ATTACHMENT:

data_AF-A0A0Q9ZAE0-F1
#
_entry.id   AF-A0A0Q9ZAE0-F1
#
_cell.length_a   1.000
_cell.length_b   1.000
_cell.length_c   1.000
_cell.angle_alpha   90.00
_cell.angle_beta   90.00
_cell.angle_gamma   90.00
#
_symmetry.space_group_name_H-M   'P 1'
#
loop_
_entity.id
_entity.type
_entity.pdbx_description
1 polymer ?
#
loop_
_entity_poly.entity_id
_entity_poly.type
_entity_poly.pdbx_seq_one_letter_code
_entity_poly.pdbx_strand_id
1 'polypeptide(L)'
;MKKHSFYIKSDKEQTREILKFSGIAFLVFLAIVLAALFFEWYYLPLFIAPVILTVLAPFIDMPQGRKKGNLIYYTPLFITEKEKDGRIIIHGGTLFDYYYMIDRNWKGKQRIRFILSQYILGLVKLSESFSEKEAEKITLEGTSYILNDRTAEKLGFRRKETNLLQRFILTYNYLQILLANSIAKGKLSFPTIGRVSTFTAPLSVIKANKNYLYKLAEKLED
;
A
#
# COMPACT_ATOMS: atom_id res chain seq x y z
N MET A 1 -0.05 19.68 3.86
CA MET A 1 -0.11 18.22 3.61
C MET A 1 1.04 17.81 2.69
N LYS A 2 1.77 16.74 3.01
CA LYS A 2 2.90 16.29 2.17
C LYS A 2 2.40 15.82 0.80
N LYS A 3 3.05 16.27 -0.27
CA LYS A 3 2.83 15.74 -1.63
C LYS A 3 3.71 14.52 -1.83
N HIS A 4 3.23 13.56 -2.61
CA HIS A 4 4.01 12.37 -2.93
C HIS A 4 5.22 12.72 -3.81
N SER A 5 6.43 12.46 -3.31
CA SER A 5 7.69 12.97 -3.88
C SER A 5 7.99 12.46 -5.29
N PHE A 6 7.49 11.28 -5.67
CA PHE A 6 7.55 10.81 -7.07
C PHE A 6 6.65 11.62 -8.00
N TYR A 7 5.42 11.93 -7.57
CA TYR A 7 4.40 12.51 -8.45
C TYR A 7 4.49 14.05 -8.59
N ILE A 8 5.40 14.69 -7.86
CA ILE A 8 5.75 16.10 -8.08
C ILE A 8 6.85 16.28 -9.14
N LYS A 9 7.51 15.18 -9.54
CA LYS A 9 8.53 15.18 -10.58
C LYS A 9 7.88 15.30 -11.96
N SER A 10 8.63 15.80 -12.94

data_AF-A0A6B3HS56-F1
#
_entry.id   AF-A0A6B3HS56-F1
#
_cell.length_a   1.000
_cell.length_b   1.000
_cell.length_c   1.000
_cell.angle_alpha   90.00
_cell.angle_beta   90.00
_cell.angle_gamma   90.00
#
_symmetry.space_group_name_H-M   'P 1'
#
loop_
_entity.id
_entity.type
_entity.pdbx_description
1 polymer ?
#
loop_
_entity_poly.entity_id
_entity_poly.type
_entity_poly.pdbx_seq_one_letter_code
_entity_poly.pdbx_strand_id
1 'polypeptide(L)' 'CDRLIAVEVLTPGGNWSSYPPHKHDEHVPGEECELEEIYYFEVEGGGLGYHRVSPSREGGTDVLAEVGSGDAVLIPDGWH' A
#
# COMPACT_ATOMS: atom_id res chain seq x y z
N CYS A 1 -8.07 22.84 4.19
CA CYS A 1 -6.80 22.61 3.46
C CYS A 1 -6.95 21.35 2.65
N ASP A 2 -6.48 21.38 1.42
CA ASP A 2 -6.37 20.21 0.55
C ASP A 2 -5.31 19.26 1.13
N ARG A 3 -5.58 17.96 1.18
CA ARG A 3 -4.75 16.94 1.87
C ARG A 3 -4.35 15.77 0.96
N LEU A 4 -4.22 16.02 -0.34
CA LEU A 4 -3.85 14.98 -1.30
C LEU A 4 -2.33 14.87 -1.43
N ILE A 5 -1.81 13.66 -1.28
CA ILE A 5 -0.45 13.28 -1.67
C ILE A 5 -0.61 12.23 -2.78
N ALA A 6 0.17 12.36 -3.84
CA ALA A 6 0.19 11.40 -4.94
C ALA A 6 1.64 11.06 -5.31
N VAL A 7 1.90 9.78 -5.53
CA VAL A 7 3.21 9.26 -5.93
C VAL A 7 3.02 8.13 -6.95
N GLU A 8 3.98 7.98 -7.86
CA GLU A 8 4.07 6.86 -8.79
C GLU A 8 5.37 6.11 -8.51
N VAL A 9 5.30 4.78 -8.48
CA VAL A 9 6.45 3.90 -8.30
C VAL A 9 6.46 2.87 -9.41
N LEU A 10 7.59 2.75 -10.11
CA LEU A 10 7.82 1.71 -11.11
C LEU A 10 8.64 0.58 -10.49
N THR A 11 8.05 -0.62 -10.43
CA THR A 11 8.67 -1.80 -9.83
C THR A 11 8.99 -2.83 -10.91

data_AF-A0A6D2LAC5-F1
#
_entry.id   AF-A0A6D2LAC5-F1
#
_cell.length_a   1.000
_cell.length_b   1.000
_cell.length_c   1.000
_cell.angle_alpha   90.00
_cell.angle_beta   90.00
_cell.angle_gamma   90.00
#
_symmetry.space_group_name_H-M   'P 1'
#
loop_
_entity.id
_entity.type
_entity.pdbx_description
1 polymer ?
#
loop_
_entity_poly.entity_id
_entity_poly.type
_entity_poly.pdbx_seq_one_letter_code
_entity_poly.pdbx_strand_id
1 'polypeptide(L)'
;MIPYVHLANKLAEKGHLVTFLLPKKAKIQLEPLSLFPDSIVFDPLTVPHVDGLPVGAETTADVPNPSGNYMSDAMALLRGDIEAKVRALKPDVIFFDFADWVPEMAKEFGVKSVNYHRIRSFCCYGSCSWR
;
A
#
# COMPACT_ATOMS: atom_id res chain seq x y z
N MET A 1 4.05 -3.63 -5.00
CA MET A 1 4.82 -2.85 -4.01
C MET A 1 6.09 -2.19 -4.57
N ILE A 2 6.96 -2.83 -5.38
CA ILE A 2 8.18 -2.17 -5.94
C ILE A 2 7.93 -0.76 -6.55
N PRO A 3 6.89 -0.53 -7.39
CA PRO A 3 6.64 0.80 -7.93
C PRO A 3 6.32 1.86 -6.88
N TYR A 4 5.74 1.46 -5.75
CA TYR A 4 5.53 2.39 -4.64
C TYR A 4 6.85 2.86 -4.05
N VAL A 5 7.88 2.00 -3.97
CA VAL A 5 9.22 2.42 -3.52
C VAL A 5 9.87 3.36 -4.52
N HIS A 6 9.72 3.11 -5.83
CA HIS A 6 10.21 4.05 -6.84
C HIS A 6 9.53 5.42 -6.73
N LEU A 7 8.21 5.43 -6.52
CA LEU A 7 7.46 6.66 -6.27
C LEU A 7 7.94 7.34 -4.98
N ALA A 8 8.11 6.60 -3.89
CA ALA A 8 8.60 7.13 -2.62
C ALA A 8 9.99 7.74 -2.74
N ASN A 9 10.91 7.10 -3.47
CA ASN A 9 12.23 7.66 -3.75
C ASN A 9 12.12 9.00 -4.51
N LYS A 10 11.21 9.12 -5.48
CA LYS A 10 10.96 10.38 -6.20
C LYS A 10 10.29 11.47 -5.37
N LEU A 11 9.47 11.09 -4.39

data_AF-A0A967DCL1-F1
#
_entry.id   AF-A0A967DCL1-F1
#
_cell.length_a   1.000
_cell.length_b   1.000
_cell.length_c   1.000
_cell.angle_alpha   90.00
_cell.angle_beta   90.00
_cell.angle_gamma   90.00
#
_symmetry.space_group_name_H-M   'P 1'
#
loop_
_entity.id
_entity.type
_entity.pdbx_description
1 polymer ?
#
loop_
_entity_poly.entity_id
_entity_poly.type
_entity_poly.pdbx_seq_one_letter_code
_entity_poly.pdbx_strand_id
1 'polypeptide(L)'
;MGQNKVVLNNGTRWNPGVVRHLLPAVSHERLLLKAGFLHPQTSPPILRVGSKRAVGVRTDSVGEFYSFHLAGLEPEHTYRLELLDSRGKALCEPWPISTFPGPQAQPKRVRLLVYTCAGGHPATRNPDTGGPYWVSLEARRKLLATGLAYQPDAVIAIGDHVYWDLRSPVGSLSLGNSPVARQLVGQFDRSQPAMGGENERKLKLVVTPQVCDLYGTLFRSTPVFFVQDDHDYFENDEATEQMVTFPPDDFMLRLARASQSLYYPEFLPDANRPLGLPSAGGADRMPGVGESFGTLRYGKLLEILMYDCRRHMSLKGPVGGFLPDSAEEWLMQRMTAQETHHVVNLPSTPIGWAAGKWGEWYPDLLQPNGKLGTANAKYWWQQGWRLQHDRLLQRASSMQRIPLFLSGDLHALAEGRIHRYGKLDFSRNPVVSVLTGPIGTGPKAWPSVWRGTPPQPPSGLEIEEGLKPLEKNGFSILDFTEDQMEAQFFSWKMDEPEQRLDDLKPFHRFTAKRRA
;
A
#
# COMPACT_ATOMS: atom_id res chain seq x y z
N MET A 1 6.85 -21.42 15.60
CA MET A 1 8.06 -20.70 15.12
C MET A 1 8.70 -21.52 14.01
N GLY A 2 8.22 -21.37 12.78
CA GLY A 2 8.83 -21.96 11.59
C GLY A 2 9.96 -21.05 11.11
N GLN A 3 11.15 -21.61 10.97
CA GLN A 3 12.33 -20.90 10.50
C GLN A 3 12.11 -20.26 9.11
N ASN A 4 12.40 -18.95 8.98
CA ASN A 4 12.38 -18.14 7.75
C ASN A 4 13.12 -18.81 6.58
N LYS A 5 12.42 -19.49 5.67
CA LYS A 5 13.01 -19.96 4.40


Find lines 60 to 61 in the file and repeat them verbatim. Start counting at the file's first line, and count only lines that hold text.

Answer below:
#
_entry.id   AF-A0A6B3HS56-F1